For years chemotherapy has been a mainstay in the war against cancer. While it can be very effective it can also come with some nasty side effects. Since chemo works by killing rapidly growing cells, it not only hits the cancer cells, but can also hit other rapidly growing cells too, including those in our hair roots, which is why many people undergoing chemo lose their hair.
So, the key to a truly effective anti-cancer therapy is one that does as much damage as possible to the cancer cells, and as little as possible to all the healthy cells in the body. A therapy being developed by Cellerant Therapeutics seems to have found that sweet spot in a new therapy targeting acute myeloid leukemia (AML).
AML starts in the bone marrow and quickly moves into the blood, where it can spread to other parts of the body. It is the second most common form of leukemia and claims around 10,000 lives in the US every year. Chemotherapy is the main weapon used against AML but it can also cause nausea, hair loss and other complications and in most cases has limited effectiveness because, over time, the leukemia cells get used to it.
In a study published in the journal Blood Advances, Cellerant researchers explain the limitations of existing treatments.
“The current standard of care for acute myeloid leukemia (AML) is largely ineffective with very high relapse rates and low survival rates, mostly due to the inability to eliminate a rare population of leukemic stem cells (LSCs) that initiate tumor growth and are resistant to standard chemotherapy.”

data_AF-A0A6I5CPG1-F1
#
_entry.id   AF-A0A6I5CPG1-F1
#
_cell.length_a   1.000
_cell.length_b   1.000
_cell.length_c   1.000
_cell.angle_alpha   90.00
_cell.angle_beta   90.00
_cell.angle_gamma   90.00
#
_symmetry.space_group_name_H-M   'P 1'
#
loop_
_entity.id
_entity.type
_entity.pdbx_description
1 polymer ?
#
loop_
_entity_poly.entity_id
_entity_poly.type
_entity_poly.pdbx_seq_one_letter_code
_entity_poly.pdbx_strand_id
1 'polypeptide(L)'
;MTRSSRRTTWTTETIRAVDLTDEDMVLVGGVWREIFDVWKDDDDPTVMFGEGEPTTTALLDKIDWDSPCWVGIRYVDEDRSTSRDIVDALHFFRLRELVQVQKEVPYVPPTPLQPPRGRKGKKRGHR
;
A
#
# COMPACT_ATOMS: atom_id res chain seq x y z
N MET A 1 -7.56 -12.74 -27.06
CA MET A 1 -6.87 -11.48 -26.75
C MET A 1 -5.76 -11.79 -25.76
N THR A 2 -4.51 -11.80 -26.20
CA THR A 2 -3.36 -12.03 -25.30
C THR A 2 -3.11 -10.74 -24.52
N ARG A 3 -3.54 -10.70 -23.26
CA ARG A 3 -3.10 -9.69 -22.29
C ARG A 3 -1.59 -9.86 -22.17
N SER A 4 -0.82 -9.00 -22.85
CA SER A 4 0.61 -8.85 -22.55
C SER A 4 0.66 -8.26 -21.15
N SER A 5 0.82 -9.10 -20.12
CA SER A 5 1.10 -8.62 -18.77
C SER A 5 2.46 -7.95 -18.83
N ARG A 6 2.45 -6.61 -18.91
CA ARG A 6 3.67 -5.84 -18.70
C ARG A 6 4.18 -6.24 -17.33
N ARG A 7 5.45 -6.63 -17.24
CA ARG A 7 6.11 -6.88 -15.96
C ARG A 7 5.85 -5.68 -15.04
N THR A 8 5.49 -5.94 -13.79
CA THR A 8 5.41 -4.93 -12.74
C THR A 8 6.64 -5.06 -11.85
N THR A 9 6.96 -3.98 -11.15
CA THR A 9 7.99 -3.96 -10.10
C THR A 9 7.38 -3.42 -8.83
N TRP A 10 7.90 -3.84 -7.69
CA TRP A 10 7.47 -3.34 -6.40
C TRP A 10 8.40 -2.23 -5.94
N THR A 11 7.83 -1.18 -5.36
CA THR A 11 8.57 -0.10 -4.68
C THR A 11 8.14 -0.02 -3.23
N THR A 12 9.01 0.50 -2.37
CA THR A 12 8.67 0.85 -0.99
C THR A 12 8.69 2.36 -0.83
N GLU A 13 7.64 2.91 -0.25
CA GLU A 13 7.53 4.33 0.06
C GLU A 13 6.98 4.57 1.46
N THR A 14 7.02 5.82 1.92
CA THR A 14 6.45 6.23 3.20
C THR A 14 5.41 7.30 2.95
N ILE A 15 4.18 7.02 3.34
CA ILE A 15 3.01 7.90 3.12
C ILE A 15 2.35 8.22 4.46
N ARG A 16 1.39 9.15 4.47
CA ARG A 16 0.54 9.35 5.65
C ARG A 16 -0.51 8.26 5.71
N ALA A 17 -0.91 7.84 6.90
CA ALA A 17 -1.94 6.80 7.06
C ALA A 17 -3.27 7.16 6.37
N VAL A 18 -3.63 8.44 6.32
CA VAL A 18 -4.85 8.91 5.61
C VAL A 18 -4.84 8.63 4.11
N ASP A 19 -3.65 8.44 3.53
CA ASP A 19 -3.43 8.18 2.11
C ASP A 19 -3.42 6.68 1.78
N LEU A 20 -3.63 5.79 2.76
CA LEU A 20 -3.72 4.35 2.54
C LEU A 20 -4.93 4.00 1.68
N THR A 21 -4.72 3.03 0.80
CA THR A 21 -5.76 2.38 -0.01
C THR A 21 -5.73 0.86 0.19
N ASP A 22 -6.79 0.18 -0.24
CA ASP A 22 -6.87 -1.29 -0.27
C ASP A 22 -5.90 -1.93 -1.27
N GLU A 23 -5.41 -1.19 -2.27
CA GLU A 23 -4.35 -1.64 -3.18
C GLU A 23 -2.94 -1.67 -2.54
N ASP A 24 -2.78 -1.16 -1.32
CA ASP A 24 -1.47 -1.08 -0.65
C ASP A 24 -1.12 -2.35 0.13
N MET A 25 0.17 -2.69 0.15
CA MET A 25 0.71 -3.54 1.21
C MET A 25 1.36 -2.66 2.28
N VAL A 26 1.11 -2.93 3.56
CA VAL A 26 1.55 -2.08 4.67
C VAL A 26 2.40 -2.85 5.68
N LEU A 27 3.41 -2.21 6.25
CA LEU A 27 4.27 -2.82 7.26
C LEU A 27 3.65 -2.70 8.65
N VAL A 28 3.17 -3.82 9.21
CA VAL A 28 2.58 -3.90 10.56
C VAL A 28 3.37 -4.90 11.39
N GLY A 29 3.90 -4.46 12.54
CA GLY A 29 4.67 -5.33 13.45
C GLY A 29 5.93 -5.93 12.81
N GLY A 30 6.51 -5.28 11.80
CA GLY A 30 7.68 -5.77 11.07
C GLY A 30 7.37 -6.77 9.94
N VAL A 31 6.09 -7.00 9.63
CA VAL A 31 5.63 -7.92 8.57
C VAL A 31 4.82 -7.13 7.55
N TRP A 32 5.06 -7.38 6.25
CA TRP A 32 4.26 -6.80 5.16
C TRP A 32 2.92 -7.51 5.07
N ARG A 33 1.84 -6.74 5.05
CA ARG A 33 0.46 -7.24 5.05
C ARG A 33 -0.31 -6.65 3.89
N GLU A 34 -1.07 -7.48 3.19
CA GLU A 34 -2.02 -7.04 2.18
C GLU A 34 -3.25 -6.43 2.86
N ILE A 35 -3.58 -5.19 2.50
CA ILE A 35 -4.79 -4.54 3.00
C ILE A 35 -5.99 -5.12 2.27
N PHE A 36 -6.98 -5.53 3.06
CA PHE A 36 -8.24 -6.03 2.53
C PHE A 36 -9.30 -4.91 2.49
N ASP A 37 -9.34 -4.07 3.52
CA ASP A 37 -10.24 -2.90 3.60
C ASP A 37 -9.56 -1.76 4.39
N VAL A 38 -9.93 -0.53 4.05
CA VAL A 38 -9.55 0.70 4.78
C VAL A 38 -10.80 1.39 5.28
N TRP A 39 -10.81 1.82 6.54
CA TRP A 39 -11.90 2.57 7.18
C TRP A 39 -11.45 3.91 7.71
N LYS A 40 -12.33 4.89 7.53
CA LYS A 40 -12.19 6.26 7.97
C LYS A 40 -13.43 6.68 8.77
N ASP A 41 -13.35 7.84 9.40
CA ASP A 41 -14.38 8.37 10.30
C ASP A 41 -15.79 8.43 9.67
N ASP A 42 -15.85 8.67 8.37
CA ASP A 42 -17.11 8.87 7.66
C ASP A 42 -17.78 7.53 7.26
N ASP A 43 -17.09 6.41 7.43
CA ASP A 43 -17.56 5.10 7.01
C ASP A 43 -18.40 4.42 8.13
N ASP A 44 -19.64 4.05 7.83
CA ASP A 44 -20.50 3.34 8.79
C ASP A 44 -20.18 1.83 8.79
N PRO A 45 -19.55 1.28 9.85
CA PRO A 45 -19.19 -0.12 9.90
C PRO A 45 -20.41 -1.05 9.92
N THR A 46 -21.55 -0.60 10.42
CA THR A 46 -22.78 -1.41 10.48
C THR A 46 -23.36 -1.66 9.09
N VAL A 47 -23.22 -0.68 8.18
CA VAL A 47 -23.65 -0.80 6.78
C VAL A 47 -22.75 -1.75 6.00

Cellerant has developed a therapy called CLT030 which targets CLL1, a marker found on the surface of leukemia cells but not on normal blood stem cells. Preclinical studies in mice show CLT030 is able to zero in on this surface marker and attack the leukemia but do little damage to blood or other surrounding cells.
In a news release, Ram Mandalam, President and CEO of Cellerant, said this is encouraging news:
“AML remains a significant unmet medical need, and our therapy, CLT030, that can target leukemic stem cells precisely while minimally affecting normal hematopoietic stem cells could improve outcomes while avoiding much of the toxicities associated with conventional chemotherapy and other targeted therapeutics.”
Mandalam says they are now doing the late-stage preclinical testing to be able to apply to the Food and Drug Administration for permission to start a clinical trial. CIRM is funding this stage of the research.